Businesses have increasingly realized that they can’t do innovation alone. Many have implemented open innovation programs to make it easier to bring in ideas from the outside world. As Nanako Mura from Kraft put it, “we recognize that we don’t know everything.”
A.T. Kearney wrote, “No single company is large enough or inventive enough to be an innovation leader without collaborating with an array of partners.”
This is a sea change from the traditional closed innovation model, which dictates that companies tightly control the creation and management of ideas (and own all the intellectual property).
Open innovation recognizes that businesses don’t have to originate the research to profit from it and that those who make the best use of internal and external ideas will win.
But for open innovation to mean more than lip service, collaboration can’t be one-sided. I remember one supplier road show when I worked at a large company. Fifteen vendors flew in from across the country and were each given ten minutes to pitch ideas based on a brief we had sent. We reviewed their presentations like reality show judges. We picked one winning idea, dismissed the others, and then browbeat the winning vendor on cost. This was a partnership in name only.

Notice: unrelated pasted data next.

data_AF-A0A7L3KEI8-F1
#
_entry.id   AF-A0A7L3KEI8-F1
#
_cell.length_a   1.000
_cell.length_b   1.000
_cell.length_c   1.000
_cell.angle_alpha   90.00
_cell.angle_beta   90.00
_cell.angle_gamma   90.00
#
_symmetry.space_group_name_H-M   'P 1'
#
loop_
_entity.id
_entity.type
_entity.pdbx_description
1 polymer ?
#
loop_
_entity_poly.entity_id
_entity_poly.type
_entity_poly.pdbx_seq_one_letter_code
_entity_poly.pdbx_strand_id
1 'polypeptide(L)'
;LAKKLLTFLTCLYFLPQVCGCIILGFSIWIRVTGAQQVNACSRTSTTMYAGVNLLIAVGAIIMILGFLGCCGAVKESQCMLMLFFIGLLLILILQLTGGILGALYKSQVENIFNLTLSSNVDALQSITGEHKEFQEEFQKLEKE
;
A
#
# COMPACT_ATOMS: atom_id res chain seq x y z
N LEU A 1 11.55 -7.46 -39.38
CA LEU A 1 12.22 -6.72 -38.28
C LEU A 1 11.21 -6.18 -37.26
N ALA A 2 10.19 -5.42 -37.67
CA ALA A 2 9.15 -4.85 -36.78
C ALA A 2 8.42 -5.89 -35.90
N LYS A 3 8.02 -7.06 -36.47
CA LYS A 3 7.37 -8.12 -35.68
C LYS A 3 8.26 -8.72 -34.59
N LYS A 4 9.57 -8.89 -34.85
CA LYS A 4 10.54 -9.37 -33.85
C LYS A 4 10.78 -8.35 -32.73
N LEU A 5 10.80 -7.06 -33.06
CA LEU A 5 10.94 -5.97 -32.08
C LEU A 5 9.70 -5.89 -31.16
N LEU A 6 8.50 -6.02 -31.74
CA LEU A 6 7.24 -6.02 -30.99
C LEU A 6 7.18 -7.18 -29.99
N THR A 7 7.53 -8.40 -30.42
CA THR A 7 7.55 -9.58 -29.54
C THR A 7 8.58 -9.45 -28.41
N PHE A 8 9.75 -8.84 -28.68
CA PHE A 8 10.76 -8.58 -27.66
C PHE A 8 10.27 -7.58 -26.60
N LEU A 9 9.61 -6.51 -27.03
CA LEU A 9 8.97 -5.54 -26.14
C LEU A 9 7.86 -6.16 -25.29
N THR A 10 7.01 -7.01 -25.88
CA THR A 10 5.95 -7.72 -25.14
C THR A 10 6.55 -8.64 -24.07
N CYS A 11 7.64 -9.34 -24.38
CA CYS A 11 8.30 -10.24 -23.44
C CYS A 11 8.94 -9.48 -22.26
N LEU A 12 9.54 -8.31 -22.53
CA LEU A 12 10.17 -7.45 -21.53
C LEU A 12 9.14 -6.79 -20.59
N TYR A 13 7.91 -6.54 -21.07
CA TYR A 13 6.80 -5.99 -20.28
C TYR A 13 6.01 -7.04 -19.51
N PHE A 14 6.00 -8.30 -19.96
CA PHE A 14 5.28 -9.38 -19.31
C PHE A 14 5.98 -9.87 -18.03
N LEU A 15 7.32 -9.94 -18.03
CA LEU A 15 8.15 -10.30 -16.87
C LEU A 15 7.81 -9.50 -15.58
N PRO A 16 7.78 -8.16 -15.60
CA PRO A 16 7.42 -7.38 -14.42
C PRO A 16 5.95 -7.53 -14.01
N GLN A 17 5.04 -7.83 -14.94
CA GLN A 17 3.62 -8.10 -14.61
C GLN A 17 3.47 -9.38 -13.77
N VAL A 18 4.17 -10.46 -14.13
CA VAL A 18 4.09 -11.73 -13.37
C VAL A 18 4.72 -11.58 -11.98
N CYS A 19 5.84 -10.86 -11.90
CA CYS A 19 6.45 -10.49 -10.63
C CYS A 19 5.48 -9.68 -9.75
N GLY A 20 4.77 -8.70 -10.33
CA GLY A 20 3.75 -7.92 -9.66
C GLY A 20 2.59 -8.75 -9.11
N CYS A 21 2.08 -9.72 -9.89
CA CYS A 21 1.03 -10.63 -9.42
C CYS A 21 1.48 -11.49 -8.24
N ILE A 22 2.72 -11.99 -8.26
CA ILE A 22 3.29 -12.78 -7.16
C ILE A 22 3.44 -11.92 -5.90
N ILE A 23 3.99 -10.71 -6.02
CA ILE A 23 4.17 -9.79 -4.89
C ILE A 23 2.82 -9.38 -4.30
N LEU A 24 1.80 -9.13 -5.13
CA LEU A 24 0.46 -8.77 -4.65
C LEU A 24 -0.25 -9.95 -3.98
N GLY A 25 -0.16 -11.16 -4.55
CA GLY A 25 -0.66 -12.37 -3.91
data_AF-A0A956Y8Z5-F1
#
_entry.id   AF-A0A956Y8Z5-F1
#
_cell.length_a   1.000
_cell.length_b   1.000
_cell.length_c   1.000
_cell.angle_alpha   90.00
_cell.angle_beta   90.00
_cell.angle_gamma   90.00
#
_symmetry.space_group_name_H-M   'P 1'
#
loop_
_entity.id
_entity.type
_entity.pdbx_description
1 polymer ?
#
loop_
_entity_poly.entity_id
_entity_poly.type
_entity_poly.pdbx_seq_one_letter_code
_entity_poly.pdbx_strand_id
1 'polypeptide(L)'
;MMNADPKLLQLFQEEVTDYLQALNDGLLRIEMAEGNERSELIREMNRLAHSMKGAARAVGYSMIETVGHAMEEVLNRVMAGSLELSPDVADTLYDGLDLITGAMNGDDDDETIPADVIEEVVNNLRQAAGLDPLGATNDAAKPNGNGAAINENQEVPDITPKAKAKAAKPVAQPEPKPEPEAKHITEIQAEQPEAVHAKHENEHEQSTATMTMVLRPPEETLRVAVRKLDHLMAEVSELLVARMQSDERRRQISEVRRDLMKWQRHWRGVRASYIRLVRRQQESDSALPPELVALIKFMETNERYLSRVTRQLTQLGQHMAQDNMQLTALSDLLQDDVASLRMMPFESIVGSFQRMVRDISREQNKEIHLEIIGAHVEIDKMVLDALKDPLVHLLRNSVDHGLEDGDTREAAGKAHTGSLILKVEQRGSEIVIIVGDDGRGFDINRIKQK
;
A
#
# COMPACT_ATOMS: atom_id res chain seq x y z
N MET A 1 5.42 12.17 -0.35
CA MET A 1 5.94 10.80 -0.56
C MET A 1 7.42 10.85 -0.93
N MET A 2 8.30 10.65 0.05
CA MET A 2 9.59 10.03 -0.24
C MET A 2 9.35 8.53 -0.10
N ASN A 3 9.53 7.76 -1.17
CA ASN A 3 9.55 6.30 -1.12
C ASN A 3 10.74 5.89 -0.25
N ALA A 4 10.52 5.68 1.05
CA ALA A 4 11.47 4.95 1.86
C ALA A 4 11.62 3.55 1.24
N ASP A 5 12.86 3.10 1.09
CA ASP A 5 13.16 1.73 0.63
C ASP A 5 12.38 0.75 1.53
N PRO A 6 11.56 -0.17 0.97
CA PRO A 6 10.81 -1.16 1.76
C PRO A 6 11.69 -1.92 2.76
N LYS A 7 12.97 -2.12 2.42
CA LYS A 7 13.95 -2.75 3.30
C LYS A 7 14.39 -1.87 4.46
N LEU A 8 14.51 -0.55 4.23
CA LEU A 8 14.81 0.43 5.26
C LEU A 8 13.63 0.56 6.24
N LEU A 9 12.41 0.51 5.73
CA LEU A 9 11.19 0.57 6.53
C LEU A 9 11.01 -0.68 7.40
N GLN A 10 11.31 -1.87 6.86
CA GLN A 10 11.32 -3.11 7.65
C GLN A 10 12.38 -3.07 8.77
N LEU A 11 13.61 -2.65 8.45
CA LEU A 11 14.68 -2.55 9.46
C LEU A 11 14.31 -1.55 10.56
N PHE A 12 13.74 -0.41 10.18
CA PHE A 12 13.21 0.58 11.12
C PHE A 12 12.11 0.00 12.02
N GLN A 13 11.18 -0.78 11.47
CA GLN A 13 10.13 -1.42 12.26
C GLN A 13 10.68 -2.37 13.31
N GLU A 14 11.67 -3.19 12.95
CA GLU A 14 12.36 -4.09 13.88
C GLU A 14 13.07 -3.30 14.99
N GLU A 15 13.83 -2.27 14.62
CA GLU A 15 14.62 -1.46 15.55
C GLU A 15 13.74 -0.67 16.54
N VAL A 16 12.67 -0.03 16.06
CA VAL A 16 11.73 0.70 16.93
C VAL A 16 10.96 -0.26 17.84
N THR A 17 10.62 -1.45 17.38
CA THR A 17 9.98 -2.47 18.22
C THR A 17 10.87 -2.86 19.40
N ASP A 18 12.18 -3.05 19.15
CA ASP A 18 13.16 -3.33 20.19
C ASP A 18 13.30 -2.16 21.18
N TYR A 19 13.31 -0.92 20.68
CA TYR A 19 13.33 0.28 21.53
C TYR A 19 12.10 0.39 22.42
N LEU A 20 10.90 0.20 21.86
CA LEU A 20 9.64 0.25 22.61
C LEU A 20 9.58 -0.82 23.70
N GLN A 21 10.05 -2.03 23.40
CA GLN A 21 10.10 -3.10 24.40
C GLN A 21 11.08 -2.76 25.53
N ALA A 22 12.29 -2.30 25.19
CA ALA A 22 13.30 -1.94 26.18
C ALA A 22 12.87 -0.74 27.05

Many businesses bring this type of closed silo mentality to open innovation. They welcome ideas through an open innovation portal, but force Draconian legal agreements to participate. I know of one collaboration between a large company and a startup where the legal costs alone of the IP licensing agreement ran into the hundreds of thousands of dollars for the smaller company.
I’d love to hear your idea of businesses that are executing open innovation programs well.
Open innovation is not only about process. It’s about mindset.
(Marketoonist Monday: I’m giving away a signed print of this week’s cartoon. Just share an insightful comment to this week’s post by 5:00 PST on Monday. Thanks!)